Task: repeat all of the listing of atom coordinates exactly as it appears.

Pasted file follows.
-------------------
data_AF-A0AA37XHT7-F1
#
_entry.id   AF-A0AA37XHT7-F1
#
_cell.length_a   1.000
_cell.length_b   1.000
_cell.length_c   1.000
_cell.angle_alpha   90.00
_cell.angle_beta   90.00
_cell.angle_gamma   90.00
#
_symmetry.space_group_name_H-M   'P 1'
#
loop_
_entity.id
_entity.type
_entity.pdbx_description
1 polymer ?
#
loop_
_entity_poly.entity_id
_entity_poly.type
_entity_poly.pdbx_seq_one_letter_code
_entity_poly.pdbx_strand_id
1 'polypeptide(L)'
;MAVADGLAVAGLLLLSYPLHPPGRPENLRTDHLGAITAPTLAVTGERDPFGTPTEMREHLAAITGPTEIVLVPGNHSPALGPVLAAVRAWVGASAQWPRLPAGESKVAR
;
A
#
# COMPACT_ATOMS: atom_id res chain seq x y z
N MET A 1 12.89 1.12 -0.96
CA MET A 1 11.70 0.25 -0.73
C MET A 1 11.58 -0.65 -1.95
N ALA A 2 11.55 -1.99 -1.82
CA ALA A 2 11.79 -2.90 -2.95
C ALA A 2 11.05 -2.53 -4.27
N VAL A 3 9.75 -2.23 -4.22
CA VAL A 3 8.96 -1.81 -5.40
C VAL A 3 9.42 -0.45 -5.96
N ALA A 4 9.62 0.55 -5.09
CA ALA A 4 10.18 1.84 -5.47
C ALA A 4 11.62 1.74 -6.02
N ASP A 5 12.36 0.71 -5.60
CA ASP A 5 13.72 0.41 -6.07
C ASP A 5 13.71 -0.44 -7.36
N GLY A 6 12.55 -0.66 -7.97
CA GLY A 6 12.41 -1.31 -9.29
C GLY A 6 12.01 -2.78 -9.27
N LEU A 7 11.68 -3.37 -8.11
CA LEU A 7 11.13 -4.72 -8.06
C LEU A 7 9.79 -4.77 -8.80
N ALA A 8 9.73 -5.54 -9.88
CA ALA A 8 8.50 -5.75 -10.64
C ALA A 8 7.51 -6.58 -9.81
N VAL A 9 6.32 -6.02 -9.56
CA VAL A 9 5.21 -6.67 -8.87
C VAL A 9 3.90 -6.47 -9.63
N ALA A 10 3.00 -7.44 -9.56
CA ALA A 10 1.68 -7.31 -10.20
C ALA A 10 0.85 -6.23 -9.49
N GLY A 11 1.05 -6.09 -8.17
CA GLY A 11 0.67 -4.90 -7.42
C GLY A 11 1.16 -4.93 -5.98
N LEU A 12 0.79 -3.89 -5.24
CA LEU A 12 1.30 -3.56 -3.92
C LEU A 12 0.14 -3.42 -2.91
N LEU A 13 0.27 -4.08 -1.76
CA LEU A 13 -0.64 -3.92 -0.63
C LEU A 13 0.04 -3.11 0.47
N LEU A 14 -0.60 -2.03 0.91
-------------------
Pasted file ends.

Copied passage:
data_AF-A0AA37XHT7-F1
#
_entry.id   AF-A0AA37XHT7-F1
#
_cell.length_a   1.000
_cell.length_b   1.000
_cell.length_c   1.000
_cell.angle_alpha   90.00
_cell.angle_beta   90.00
_cell.angle_gamma   90.00
#
_symmetry.space_group_name_H-M   'P 1'
#
loop_
_entity.id
_entity.type
_entity.pdbx_description
1 polymer ?
#
loop_
_entity_poly.entity_id
_entity_poly.type
_entity_poly.pdbx_seq_one_letter_code
_entity_poly.pdbx_strand_id
1 'polypeptide(L)'
;MAVADGLAVAGLLLLSYPLHPPGRPENLRTDHLGAITAPTLAVTGERDPFGTPTEMREHLAAITGPTEIVLVPGNHSPALGPVLAAVRAWVGASAQWPRLPAGESKVAR
;
A
#
# COMPACT_ATOMS: atom_id res chain seq x y z
N MET A 1 12.89 1.12 -0.96
CA MET A 1 11.70 0.25 -0.73
C MET A 1 11.58 -0.65 -1.95
N ALA A 2 11.55 -1.99 -1.82
CA ALA A 2 11.79 -2.90 -2.95
C ALA A 2 11.05 -2.53 -4.27
N VAL A 3 9.75 -2.23 -4.22
CA VAL A 3 8.96 -1.81 -5.40
C VAL A 3 9.42 -0.45 -5.96
N ALA A 4 9.62 0.55 -5.09
CA ALA A 4 10.18 1.84 -5.47
C ALA A 4 11.62 1.74 -6.02
N ASP A 5 12.36 0.71 -5.60
CA ASP A 5 13.72 0.41 -6.07
C ASP A 5 13.71 -0.44 -7.36
N GLY A 6 12.55 -0.66 -7.97
CA GLY A 6 12.41 -1.31 -9.29
C GLY A 6 12.01 -2.78 -9.27
N LEU A 7 11.68 -3.37 -8.11
CA LEU A 7 11.13 -4.72 -8.06
C LEU A 7 9.79 -4.77 -8.80
N ALA A 8 9.73 -5.54 -9.88
CA ALA A 8 8.50 -5.75 -10.64
C ALA A 8 7.51 -6.58 -9.81
N VAL A 9 6.32 -6.02 -9.56
CA VAL A 9 5.21 -6.67 -8.87
C VAL A 9 3.90 -6.47 -9.63
N ALA A 10 3.00 -7.44 -9.56
CA ALA A 10 1.68 -7.31 -10.20
C ALA A 10 0.85 -6.23 -9.49
N GLY A 11 1.05 -6.09 -8.17
CA GLY A 11 0.67 -4.90 -7.42
C GLY A 11 1.16 -4.93 -5.98
N LEU A 12 0.79 -3.89 -5.24
CA LEU A 12 1.30 -3.56 -3.92
C LEU A 12 0.14 -3.42 -2.91
N LEU A 13 0.27 -4.08 -1.76
CA LEU A 13 -0.64 -3.92 -0.63
C LEU A 13 0.04 -3.11 0.47
N LEU A 14 -0.60 -2.03 0.91